Lakeland 600 Day 9 of 60

LAKELAND 600 PHOTOGUIDE DAY 9: ELTERWATER TO CONISTON (via Little Langdale, Tilberthwaite and the Yewdale Fells)

Every single one of the 60 days that make up this long journey around the Lakes has its own little bit of magic but, if I was ever in the unfortunate position of having to choose just one day’s walk, I think it would have to be this one. True, there are no well known fells to climb, no big lakes to walk beside and no famous viewpoints: but, what this walk does have is an amazing variety of scenery. The day is packed with interest and the second half of it involves a walk across the relatively little-trodden Yewdale Fells, a place that, to me, captures all that is good about wandering about in the Lakes.

From the Britannia Inn in Elterwater, walk down towards the bridge and turn left through the National Trust car park to pick up the wide track alongside Great Langdale Beck.

Britannia Inn, Elterwater

Britannia Inn, Elterwater

 

Leaving Elterwater village along the wide track

Leaving Elterwater village along the wide track

In about 10 minutes the track passes through woodland and emerges in a perfect spot just by the lake shore, from where there is a view back to the Langdale Pikes.

Elter Water and the Langdale Pikes

Elter Water and the Langdale Pikes

One of the many great things about the Lakes is the place names: the name Elter Water is from the old Norse for ‘the lake frequented by swans’ and the village takes its name from the lake, although it has become one word – Elterwater – in the process. Keep ahead on the obvious path alongside the River Brathay (which flows down from Little Langdale into Elter Water to merge with Great Langdale Beck). Although only short, this riverside stretch is full of good things, including the view over to Wetherlam…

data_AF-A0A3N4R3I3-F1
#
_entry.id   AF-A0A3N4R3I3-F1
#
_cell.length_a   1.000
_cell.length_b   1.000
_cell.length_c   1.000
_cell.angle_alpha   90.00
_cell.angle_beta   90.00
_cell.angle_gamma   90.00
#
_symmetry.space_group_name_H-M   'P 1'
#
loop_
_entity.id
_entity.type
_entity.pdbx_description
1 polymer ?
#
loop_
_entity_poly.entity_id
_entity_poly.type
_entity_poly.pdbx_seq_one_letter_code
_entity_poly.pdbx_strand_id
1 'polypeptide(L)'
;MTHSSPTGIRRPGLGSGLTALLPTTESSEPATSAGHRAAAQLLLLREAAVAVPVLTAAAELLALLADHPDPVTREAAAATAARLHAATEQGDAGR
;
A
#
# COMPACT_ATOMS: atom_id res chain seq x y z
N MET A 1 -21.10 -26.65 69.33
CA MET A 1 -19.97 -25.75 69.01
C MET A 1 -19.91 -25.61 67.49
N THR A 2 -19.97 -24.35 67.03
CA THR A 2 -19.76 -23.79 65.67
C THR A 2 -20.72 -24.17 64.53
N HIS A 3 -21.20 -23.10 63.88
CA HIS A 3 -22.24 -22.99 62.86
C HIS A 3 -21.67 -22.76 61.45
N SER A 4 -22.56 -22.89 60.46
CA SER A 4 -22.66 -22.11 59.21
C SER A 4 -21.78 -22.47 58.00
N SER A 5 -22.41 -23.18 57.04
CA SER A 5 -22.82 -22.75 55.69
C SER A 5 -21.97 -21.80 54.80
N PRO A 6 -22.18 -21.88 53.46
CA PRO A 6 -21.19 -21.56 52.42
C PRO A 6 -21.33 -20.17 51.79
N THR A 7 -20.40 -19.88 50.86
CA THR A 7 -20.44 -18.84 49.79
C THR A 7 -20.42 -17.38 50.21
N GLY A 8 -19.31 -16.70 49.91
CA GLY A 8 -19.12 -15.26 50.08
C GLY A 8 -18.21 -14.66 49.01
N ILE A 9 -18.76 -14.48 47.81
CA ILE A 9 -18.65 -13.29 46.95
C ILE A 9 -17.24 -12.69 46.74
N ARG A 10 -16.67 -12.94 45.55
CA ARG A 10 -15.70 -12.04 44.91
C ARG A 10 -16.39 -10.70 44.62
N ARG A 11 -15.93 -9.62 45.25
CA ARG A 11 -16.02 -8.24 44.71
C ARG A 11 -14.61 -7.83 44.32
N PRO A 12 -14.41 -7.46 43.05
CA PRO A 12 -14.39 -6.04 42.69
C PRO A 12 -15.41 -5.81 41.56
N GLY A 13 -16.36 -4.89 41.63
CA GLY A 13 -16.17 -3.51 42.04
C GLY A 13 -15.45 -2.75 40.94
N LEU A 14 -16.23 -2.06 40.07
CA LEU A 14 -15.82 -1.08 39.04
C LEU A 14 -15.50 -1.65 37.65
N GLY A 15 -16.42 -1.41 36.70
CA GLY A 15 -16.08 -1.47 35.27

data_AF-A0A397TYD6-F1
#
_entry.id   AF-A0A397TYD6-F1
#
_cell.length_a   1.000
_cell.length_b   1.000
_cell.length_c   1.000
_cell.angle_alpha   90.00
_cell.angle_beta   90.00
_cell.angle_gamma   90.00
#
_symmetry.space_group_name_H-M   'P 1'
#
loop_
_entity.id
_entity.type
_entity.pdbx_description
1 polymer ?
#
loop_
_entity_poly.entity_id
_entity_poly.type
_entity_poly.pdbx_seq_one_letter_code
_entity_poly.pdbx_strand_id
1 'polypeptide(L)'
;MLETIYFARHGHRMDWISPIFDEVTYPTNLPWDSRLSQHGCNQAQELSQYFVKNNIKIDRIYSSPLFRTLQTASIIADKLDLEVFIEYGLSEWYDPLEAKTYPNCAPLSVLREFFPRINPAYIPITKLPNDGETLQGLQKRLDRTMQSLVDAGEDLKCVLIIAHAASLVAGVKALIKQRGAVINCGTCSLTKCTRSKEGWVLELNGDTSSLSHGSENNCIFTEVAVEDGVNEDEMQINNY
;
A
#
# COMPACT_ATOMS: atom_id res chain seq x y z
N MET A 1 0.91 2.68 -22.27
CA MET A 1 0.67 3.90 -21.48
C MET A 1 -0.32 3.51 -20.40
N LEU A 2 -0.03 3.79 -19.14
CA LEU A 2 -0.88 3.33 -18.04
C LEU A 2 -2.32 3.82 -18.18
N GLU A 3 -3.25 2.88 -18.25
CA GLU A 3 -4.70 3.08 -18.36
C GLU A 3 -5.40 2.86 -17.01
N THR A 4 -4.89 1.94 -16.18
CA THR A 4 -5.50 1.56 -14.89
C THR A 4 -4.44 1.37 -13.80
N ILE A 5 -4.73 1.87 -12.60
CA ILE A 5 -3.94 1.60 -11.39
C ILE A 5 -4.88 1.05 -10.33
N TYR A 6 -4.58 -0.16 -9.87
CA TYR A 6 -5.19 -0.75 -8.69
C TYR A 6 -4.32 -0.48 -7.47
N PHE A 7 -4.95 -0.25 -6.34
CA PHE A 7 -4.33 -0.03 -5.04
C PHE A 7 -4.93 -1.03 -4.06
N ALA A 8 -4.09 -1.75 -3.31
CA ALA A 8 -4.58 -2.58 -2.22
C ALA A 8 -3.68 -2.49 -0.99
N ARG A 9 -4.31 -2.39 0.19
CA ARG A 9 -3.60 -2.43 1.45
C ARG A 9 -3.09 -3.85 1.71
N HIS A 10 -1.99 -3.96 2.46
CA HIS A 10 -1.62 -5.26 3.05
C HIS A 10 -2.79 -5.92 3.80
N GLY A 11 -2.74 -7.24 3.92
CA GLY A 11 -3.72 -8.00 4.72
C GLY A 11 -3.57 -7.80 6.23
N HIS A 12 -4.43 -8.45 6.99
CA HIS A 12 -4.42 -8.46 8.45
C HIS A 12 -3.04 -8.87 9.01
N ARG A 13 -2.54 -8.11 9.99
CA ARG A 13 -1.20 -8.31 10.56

Wetherlam from the walk alongside the River Brathay

Wetherlam from the walk alongside the River Brathay

…and the chance to catch the river in reflective mood or, early in the morning, as a kaleidoscope of colour.

River Brathay reflections

River Brathay reflections

 

River Brathay sunbeams

River Brathay sunbeams

Soon arrive at the new-ish footbridge over the Brathay. Before crossing it, it is worth walking the short distance downstream to catch a glimpse of Skelwith Force. This waterfall is small, even by Lake District standards, but is said to carry a higher volume of water than any other fall in the area. In spate it is a very impressive sight and the path down to the falls is adorned with notices warning of the risk of falling in.

Skelwith Force

Skelwith Force

Retrace your steps and cross the splendidly modern bridge.

Footbridge over the Brathay near Skelwith Force

Footbridge over the Brathay near Skelwith Force

Before following the clear path uphill away from the bridge, you can meander down to get a view of the falls from this side of the river: the photo below gives some idea of how popular this place can be.

Crowded Skelwith Force

Crowded Skelwith Force

Back on the good path, keep ahead at a junction (signposted to Colwith Bridge) and follow the easy way across fields and past the houses of Tiplog and Park Cottage. The track winds up to pass in front of the beautifully situated Elterwater Park Guest House…

Approaching Elterwater Park

Approaching Elterwater Park

…and then on via a series of short bits of path into a field that, on my most recent visit, had a nicely local warning about lambs being out and about.

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For a short time Wetherlam dominates the view ahead but the path soon descends steeply on steps to river level and then crosses a tarmac road to enter the woodlands of Colwith. The path makes a little rocky step and then continues easily above the River Brathay to reach in about 200m the foot of a set of stone steps. Make a short diversion to the right to get a view of Colwith Force – much less frequented than Skelwith Force but none the worse for that.

Colwith Force

Colwith Force

Return to the steps, at the top of which the path moves away from the river and climbs gently through the splendid woodlands…

Colwith woodland

Colwith woodland

…to meet up with another path at a waymarked junction. Bear right and leave the woods through a gate into a field which leads us to High Park Farm (where you might be lucky enough to get a cup of tea and a bacon butty or even a piece of cake).

High Park Farm. Side Pike (which you might remember from Day 8) and Lingmoor Fell on the right, Pike o'Blisco on the left and Bowfell in the distance between them.

High Park Farm. Side Pike (which you might remember from Day 8) and Lingmoor Fell on the right, Pike o’Blisco on the left and Bowfell in the distance between them.

Go round the back of the farmhouse and come out on a small tarmac road. Turn right and follow the road to the little cluster of buildings at Stang End. Ignore the road going off left and follow the road as it winds down to cross Pierce How Beck, enjoying the fine views over Little Langdale towards Bowfell.